Log In

Gary Stanley BECKER

economist , educator

Gary Becker is an American economist, one of the first to branch into what were traditionally considered topics belonging to sociology, including racial discrimination, crime, family organization, and drug addiction. He was awarded the Nobel Memorial Prize in Economic Sciences in 1992 and received the United States Presidential Medal of Freedom in 2007.


BECKER, Gary Stanley was born in 1930 in Pottstown, Pennsylvania, United States of America.


Bachelor of Arts Princeton University, 1951. Master of Arts, Doctor of Philosophy University Chicago, 1953, 1955. Honorary Degrees, Hebrew University, Jerusalem, 1985, Knox College, Galesburg, Illinois, 1985.


Assistant Professor of Economics, University Chicago, 1954-1957. Assistant Professor, Association Professor, Professor of Economics, Arthur Lehman Professor of Economics, Columbia University, 1957-1960,

1960-1968, 1968-1969. Ford Foundation Visiting Professor of Economics, University Chicago, 1969-1970.

Professor Economics and Sociology, University Chicago, since 1970.


  • National Academy of Sciences, USA. A A AS; American Statistical Association. Econometric Society; Executive Board, Mont Pelerin Society.

    Founding Member, Vice president National Academy Education, 1965-1967. W. S. Woytinsky Award, University Michigan, 1965. John Bates Clark Medal, Vice-President, American Economic Association, 1967, 1974.

    Professional Achievement Award, University Chicago Alumni Association, 1968.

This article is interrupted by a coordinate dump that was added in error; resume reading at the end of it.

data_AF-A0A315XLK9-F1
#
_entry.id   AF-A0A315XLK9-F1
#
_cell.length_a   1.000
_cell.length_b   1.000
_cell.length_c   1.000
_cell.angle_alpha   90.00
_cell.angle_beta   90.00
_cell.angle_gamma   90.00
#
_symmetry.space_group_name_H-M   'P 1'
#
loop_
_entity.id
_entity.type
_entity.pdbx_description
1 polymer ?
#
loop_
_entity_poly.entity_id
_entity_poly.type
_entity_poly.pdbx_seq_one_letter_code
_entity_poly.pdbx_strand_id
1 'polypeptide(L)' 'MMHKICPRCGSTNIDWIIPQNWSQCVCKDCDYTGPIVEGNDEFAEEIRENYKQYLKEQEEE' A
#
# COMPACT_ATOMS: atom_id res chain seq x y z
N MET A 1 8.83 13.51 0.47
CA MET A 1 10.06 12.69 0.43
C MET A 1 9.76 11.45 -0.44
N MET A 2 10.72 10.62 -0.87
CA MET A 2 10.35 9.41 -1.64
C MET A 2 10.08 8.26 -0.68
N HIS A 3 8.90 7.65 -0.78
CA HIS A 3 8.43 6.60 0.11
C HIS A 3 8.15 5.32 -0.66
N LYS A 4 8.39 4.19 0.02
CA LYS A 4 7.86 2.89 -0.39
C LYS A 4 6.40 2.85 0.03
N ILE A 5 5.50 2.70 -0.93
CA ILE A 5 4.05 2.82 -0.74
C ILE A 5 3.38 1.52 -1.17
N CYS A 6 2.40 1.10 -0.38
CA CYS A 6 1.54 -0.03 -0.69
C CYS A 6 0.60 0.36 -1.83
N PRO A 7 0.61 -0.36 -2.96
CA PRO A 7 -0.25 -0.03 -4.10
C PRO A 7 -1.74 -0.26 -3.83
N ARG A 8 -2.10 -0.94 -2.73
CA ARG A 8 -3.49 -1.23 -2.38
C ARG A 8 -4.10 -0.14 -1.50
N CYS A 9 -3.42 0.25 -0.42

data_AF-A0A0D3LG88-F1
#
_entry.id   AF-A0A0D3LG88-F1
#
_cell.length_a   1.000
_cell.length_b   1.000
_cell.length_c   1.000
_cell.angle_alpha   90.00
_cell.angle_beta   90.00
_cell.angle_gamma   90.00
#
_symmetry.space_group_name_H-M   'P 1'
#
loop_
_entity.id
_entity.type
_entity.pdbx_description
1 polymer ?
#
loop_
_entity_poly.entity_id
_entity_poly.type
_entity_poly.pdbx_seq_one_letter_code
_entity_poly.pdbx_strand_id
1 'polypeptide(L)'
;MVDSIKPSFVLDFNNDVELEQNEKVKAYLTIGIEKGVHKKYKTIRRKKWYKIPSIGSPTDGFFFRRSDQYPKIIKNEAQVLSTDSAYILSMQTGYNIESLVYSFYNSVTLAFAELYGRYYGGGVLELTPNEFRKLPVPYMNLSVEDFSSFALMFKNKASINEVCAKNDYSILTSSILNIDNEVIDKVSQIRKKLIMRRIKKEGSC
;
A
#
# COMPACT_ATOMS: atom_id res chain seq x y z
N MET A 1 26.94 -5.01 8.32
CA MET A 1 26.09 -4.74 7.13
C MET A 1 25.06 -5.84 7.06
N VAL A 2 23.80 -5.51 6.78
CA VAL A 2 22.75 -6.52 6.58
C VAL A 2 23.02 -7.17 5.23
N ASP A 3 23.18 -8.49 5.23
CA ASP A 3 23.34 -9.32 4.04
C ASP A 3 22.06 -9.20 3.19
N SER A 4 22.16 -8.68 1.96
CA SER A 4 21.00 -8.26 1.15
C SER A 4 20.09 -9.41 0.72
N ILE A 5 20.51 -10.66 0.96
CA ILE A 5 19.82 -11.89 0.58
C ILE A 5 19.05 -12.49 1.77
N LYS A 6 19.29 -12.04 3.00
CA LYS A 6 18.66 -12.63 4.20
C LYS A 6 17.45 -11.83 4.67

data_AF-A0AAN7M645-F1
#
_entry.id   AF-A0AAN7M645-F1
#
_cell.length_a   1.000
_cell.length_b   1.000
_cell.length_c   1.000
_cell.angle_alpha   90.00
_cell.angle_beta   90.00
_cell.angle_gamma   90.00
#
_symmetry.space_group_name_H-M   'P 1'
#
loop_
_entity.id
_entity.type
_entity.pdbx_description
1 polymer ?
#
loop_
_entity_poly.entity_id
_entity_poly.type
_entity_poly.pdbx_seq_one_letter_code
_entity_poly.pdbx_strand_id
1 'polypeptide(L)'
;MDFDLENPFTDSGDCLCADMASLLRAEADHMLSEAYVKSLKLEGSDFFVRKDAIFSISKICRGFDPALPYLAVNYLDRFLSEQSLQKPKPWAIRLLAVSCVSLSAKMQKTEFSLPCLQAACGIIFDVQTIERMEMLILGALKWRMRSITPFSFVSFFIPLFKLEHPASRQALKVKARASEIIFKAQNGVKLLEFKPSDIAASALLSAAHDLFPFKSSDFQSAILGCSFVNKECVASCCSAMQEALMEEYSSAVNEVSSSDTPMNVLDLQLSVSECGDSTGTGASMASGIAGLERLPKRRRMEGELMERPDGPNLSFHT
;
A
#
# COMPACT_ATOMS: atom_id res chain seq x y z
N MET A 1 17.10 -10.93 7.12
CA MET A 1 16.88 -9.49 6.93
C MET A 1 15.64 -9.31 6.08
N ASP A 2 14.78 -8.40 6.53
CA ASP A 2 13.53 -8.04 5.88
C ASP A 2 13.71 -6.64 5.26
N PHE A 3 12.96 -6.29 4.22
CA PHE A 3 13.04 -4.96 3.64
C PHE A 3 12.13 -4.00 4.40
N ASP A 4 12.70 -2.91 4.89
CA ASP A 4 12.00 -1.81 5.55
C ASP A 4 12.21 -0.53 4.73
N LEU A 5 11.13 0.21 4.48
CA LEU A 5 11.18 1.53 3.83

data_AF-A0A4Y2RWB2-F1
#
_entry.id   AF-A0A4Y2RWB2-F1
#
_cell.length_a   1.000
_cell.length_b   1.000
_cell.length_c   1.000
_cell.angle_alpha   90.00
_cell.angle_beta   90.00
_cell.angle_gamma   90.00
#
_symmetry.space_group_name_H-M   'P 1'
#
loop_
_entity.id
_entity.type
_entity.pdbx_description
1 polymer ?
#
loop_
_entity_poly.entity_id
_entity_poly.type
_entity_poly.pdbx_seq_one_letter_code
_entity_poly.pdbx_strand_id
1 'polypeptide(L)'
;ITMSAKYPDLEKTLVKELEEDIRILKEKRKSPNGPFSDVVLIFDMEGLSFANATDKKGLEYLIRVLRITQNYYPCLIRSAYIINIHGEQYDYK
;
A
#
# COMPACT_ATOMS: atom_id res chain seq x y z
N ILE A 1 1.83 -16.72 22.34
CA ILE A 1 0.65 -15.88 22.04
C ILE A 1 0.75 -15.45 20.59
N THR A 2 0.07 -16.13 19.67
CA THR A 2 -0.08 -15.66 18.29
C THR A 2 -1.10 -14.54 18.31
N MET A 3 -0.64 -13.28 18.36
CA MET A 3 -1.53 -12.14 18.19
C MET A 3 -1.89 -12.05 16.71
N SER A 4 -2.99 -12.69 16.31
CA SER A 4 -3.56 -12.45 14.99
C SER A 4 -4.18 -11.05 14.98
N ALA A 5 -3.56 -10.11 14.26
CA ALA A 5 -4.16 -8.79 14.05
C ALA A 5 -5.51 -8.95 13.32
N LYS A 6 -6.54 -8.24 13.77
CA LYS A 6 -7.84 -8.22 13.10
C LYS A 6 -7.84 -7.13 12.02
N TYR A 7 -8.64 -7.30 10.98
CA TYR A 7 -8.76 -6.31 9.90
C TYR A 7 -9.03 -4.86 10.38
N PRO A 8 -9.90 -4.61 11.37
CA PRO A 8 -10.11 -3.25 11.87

The first to provide a neoclassical analysis of discrimination in labour markets. Among the first to develop the implications of human capital theory. After analysing the allocation of time of economic agents, generalised the argument into the so-called ‘new economics of the family’, providing a standard explanation of such phenomena as marriage, divorce, the decision to have children, the decision to educate children, etc.

Quotations: Gary Becker: My work on human capital got into issues of why different children have different opportunities. Some go on to college, some don't. Some drop out very early, some continue on, some are successful, some aren't. It seemed pretty clear to everybody who's thought about the problem, that it's something in the family that makes a difference. So I began to think about it more. I've taken it as given that these children are making these decisions, but I really want to trace it back some steps deeper, into what family they're in, and family choices.

Gary Becker: Crime is a worldwide issue now, that's one thing.


  • Other Interests

    “When I was a student, I began to read. And when I was about -- again I made a conversion -- up until about 14, 15, I was more athletically oriented, played on a bunch of teams around and was a good student, but had no interest in really intellectual activities. And then, I can't really know why, I had a conversion, began to give up the sports and get more involved in reading. And starting at 16, 17, I read a lot then, at nighttime, going to the library. But as I say, we had no books, but I'd go to the library a lot. Philosophy, whatever kids at that age were interested in, I began to read. And so then I did read a lot, but the books we had, I had to get out of the library and so on. “



His father had left school in Montreal after the 8th grade because he was eager to make money. There were only a few books in their house, but his father kept up with the political and financial news, and his older sister read a lot.


His mother - whose family emigrated from Eastern Europe to New York City when she was six months old - also left after the 8th grade because girls were not expected to get much education.

Guity Nashat

She is a historian of the Middle East.




Alan Blinder

He wrote a monthly column for Business Week from 1985 to 2004, alternating with liberal Princeton economist Alan Blinder.

Judge Richard Posner

In December 2004, Becker started a joint weblog with Judge Richard Posner entitled The Becker-Posner Blog.